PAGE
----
Officials in Salem and Londonderry are asking the public to stop leaving discarded masks and disposable latex gloves in streets and parking lots, as more people use the protective gear during shopping visits to prevent the spread of COVID-19.
Salem Deputy Police Chief Joel Dolan said in a statement Monday that gloves and masks should be properly disposed of in trash cans and other kinds of waste receptacles.
"In the recent weeks, we've noticed an increased number of improperly disposed gloves in the parking lots around town," Dolan said. "While we encourage residents to take the necessary steps to protect themselves from COVID-19 should they need to leave their homes, improperly disposed of face masks and gloves poses both a health and environmental risk to our community."
Residents have turned to community Facebook groups lately to complain about the increasing spread of blue rubber gloves dotting Market Basket and Walmart parking lots in town and elsewhere.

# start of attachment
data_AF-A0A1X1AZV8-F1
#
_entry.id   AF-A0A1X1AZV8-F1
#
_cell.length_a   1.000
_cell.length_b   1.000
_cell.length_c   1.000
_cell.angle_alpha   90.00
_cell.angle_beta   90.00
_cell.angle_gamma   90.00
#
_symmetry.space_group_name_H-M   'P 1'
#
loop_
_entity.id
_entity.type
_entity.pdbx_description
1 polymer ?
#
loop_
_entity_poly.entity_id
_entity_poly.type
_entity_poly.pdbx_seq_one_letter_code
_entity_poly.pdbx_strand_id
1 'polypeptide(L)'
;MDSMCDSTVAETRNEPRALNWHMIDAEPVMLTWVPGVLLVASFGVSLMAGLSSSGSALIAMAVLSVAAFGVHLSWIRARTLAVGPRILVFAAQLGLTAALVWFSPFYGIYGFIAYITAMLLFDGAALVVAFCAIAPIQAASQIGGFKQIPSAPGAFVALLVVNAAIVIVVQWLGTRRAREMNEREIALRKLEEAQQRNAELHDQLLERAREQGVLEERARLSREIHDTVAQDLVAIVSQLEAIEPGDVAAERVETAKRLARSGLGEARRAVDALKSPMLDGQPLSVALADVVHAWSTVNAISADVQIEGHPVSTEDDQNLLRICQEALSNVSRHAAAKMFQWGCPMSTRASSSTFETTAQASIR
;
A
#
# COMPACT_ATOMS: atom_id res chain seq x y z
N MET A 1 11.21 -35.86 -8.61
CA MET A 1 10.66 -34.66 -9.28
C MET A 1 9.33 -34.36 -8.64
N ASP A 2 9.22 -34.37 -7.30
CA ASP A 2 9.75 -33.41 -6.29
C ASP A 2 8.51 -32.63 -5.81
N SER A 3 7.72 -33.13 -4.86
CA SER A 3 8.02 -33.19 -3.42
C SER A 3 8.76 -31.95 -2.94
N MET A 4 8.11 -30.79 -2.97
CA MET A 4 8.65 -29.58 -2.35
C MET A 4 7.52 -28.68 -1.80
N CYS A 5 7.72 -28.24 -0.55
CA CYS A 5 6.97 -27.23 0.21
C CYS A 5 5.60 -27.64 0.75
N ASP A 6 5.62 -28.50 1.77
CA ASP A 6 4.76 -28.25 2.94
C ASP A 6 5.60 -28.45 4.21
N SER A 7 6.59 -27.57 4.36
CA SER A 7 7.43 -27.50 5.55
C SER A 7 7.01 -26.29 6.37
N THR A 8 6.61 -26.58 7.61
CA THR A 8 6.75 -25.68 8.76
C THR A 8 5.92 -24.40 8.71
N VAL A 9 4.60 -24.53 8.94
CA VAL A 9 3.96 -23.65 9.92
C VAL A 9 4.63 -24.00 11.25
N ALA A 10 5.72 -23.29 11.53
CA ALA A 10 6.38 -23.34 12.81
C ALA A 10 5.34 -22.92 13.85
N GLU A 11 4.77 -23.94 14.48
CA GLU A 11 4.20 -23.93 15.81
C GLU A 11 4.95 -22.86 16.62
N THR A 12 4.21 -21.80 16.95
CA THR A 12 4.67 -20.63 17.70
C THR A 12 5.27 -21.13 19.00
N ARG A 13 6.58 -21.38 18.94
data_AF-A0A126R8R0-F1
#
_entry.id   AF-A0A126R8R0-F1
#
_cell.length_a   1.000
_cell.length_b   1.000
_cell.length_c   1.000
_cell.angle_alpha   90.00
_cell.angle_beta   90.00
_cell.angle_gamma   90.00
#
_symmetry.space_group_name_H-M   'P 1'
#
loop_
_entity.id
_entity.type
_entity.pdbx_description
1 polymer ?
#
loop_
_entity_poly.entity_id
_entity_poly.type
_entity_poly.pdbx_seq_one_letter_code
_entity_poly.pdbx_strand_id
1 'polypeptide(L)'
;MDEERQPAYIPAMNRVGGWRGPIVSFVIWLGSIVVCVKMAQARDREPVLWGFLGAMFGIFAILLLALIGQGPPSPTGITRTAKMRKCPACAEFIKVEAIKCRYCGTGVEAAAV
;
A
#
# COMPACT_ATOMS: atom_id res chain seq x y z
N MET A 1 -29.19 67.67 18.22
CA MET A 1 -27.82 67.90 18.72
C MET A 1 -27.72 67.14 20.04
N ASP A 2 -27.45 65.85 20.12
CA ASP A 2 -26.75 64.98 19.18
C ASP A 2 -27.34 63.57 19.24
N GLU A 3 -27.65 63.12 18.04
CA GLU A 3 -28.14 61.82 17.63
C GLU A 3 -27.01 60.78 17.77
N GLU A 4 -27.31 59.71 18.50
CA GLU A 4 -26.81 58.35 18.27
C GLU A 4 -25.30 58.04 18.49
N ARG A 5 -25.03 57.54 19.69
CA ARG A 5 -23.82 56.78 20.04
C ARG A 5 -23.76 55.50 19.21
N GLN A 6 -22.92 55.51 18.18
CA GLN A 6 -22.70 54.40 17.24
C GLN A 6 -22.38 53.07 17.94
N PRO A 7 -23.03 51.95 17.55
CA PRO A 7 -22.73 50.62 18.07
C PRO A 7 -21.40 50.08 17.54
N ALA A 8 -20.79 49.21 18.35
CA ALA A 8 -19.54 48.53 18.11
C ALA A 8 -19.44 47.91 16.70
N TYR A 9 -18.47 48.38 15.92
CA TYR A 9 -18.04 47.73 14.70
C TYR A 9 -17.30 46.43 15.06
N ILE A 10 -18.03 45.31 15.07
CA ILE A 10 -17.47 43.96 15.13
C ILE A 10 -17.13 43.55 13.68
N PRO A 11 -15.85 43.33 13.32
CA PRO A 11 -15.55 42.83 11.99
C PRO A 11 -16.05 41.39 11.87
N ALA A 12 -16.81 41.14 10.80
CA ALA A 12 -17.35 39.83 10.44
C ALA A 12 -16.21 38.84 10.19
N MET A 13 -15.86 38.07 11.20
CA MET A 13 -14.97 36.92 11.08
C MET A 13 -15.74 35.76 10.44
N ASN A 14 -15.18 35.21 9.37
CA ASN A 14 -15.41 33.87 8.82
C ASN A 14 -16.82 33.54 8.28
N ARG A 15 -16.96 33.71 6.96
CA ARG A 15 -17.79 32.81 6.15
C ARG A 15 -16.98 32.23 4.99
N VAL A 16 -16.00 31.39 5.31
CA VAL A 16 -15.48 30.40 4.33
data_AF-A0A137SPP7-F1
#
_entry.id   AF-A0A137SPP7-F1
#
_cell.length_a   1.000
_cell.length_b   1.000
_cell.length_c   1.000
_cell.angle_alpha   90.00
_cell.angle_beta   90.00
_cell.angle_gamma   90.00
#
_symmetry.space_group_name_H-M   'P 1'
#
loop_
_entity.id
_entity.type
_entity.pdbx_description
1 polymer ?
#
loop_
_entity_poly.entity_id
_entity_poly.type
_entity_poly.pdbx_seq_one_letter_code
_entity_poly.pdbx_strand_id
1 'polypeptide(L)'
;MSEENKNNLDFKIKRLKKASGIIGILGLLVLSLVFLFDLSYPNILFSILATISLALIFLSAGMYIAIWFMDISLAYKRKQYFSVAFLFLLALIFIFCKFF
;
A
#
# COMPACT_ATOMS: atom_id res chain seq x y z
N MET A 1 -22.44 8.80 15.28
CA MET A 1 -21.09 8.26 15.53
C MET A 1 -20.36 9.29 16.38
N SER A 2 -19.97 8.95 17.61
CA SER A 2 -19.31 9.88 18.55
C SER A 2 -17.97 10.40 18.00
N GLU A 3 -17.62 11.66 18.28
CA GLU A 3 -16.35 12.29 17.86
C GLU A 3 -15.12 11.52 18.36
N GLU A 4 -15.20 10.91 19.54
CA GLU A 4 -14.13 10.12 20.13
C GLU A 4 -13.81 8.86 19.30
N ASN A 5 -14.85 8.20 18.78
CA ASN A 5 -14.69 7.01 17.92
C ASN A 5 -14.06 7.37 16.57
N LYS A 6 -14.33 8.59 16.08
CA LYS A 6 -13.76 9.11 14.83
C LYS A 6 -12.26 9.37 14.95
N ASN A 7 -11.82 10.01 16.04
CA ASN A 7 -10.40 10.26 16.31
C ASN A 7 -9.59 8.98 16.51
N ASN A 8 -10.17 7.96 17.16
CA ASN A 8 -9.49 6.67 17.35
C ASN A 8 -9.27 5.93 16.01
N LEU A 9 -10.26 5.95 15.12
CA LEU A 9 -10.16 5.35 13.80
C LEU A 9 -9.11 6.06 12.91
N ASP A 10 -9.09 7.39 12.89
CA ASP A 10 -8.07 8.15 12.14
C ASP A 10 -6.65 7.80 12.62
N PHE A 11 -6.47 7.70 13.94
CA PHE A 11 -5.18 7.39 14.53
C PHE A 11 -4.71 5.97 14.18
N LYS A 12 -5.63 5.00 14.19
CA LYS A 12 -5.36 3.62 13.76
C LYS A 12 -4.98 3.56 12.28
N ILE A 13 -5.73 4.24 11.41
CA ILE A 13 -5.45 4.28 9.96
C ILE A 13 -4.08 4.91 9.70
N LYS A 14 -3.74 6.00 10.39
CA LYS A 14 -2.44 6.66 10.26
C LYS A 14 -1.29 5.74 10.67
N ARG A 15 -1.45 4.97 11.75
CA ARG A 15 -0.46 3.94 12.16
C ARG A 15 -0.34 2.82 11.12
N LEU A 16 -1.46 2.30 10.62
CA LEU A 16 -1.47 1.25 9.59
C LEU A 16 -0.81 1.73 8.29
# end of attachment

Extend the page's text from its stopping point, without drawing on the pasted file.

“A lot of it is at supermarket parking lots,” said Londonderry Police Capt. Patrick Cheetham.
He said the littering is causing extra work for store employees and may also pose a health risk.
“While no one is complaining to LPD, tThese stores are already taxed with being busy, and now they have to have staff diverted to cleaning the parking lots to make sure they’re clean and sanitary,” Cheetham said. “It’s creating more work and potentially putting them at risk.”
Cheetham said they started noticing the litter appear about seven to 10 days ago, and people have been complaining about it on Facebook.
On the Londonderry Police Facebook page, the department congratulated residents Monday for getting a head start on their spring cleaning and yard work, and highlighted some signs with positive messages people have posted around town, but cautioned that they’re still seeing an uptick in used gloves on the roadways.
They posted a photo of some blue latex gloves on the pavement with the hashtag “#notokay.”
In their statement, Salem police said residents may consider keeping a plastic or paper trash bag in their car to put used gloves and masks in if a trash can is not immediately available.
While the Centers for Disease Control issued guidance on April 3 that people wear cloth masks as a precaution when they need to leave the house, gloves are not recommended by the CDC at this time.